1And Saul approved of their killing him.
That day a severe persecution began against the church in Jerusalem, and all except the apostles were scattered throughout the countryside of Judea and Samaria. 2Devout men buried Stephen and made loud lamentation over him. 3But Saul was ravaging the church by entering house after house; dragging off both men and women, he committed them to prison.
4 Now those who were scattered went from place to place, proclaiming the word. 5Philip went down to the city* of Samaria and proclaimed the Messiah* to them. 6The crowds with one accord listened eagerly to what was said by Philip, hearing and seeing the signs that he did, 7for unclean spirits, crying with loud shrieks, came out of many who were possessed; and many others who were paralysed or lame were cured. 8So there was great joy in that city.
Stephen was stoned, becoming the first martyr of the church, and a young man named Saul was standing by, holding the coats of those who stoned him, and he approved of their killing him. After that Saul began ravaging the church, dragging people from their homes and sending them to prison. He was zealous for the God of Israel, to protect the religion of the faithful from the heresy of these followers of Jesus – he really thought he was right! But we will hear more about what God will do with this evil man later!
Because of the persecution, the church in Jerusalem was scattered throughout the countryside of Judea and Samaria. And those who fled the city, proclaimed the word to the villages and towns where they went. Jesus had warned his followers (Luke 21:12) that they would be persecuted. God used the persecution to spread the word. God did not enter into people’s hearts and make them evil, cause them to persecute the followers of Christ, but when it happened, God used it to spread the word of his Messiah, Jesus Christ.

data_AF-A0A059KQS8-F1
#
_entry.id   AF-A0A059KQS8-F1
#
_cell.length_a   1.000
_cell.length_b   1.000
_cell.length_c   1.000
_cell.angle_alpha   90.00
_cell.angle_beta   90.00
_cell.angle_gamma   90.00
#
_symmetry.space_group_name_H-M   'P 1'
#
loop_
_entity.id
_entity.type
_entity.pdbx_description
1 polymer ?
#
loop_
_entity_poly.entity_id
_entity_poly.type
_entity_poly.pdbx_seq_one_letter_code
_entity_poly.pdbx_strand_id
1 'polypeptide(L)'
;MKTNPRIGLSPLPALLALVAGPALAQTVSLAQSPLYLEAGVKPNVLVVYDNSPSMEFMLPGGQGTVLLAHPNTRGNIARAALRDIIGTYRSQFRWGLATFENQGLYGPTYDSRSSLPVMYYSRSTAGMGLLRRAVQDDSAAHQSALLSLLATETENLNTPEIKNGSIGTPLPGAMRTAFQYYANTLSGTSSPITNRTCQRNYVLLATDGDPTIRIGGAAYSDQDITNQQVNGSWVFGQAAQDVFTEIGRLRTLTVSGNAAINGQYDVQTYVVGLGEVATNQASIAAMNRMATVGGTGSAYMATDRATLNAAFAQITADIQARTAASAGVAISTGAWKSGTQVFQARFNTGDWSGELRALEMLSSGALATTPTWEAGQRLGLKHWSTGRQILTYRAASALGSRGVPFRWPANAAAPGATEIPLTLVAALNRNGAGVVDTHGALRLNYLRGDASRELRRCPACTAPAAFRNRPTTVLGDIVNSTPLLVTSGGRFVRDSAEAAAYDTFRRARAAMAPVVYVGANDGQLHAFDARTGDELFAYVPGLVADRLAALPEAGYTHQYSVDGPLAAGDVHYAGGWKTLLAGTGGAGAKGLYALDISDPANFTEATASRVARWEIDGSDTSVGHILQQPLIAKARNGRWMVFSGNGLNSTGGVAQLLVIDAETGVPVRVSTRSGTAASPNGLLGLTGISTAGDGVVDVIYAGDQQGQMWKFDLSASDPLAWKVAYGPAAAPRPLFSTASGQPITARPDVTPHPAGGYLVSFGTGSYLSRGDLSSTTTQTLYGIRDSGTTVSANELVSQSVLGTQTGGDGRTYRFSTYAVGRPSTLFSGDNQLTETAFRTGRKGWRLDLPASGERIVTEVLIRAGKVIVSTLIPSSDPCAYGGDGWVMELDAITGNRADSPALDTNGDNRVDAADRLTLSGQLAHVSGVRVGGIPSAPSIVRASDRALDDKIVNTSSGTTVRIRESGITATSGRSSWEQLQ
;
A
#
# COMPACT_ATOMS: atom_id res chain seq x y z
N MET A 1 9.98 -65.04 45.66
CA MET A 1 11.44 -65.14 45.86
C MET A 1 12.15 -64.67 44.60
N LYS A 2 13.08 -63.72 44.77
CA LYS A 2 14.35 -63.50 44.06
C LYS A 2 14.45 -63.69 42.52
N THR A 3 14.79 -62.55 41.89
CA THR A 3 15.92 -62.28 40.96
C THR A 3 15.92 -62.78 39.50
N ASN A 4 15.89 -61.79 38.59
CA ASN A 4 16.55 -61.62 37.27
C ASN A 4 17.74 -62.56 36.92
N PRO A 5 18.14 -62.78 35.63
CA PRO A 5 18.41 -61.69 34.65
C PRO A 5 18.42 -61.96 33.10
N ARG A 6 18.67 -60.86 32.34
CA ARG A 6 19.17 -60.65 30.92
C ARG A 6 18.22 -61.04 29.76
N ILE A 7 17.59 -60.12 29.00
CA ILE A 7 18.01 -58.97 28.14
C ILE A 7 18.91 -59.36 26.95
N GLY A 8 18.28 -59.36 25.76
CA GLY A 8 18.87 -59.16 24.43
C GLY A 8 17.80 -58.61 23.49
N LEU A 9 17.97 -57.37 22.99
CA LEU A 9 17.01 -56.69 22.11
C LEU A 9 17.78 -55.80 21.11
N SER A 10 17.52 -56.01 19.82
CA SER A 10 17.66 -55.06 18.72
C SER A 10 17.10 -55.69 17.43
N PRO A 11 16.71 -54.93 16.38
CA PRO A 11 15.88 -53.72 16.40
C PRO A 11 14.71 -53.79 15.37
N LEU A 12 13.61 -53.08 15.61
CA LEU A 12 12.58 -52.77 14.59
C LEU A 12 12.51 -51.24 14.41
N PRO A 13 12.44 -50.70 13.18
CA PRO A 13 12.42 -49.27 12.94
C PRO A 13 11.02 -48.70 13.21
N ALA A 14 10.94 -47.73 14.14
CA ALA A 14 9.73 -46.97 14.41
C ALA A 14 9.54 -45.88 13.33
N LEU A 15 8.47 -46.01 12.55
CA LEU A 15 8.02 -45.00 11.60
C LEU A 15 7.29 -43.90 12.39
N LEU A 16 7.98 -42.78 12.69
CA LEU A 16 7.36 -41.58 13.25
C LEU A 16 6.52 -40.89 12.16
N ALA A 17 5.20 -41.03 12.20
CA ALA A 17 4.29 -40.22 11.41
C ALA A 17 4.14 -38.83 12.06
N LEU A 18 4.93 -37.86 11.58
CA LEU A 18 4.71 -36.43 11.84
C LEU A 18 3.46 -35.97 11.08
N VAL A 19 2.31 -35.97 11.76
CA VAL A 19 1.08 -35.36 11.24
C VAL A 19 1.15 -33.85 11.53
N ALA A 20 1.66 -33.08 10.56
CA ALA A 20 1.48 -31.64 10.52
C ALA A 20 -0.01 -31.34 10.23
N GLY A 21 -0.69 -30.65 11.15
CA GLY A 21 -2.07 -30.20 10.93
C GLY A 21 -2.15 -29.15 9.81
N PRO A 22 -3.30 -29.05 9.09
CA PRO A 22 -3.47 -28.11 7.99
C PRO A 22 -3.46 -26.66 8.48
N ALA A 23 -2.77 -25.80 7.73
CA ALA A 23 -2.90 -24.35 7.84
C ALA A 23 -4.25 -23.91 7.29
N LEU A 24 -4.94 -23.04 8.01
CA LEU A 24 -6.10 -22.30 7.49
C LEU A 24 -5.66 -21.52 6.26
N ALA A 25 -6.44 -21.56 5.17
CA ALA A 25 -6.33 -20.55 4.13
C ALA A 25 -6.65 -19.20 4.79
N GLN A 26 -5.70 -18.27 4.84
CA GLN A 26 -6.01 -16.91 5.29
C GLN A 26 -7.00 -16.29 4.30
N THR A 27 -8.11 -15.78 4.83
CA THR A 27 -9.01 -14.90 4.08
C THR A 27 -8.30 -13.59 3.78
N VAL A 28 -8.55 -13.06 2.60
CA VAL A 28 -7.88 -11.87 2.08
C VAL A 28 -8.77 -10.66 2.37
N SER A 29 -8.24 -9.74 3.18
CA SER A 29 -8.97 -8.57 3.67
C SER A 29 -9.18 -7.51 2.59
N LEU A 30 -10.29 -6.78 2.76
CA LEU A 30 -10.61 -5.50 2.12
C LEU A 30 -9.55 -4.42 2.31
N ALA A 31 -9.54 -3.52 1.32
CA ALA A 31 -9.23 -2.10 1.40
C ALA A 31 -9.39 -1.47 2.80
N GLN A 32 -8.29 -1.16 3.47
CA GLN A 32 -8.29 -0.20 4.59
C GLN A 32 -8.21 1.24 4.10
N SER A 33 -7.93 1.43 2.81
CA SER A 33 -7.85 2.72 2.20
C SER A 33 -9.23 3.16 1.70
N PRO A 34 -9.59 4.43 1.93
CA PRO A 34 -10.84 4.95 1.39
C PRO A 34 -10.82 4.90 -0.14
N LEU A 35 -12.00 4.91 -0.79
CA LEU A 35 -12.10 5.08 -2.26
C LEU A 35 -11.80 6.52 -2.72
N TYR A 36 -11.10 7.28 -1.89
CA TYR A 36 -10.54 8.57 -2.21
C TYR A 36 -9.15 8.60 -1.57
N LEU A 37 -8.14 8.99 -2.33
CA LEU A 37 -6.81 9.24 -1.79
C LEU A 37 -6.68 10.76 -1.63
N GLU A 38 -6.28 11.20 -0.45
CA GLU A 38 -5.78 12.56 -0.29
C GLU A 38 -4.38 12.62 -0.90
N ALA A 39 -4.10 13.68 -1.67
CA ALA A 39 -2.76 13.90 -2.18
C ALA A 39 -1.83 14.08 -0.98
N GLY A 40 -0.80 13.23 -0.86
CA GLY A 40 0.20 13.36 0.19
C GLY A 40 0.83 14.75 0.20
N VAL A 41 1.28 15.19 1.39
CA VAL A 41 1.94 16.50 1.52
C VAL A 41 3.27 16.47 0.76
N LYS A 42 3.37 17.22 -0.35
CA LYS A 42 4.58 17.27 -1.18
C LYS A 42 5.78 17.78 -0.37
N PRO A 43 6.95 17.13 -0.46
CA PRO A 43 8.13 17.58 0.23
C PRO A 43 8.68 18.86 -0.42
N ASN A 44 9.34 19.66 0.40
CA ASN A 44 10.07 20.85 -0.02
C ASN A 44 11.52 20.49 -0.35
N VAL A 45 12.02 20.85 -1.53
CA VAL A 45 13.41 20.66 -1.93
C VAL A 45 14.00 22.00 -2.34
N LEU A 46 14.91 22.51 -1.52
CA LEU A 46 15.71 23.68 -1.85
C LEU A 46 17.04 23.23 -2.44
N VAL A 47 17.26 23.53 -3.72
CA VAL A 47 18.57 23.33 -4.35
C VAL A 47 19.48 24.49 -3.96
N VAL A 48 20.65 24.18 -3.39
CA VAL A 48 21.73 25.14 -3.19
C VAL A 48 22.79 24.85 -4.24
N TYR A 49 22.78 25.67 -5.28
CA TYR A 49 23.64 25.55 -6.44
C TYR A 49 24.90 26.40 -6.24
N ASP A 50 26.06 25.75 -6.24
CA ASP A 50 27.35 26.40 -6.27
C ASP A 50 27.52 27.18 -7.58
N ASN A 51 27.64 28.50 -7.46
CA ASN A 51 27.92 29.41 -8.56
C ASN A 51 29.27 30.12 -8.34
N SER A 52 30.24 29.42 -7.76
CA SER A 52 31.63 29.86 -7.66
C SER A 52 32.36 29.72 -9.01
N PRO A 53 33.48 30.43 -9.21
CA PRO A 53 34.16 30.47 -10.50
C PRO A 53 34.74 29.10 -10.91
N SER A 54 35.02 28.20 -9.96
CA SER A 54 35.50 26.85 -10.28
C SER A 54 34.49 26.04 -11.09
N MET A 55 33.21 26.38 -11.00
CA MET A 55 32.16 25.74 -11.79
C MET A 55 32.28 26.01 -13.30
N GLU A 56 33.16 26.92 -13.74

Philip was among those who left Jerusalem, going to Samaria. Remember the words of Christ in Acts 1, “You will be my witnesses in Jerusalem, and Judea, and in Samaria, and to all the ends of the earth.” Here, Philip fulfills the charge to take the word out from Jerusalem, all the way to Samaria, which does not seem very far to us, but was, in fact, a world apart culturally for the Jews. There was racism in the Jews’ attitude towards Samaritans, who were not “pure”, having intermarried with foreigners during the years of exile. But Philip carries the word of Christ to these, whom Jesus himself had included. And crowds in Samaria listened eagerly to Philip, and he did great signs, healing the sick, casting out demons, and making the lame to walk. Because of the message Philip brought, and the miracles he performed in the name of Christ, there was joy throughout the city.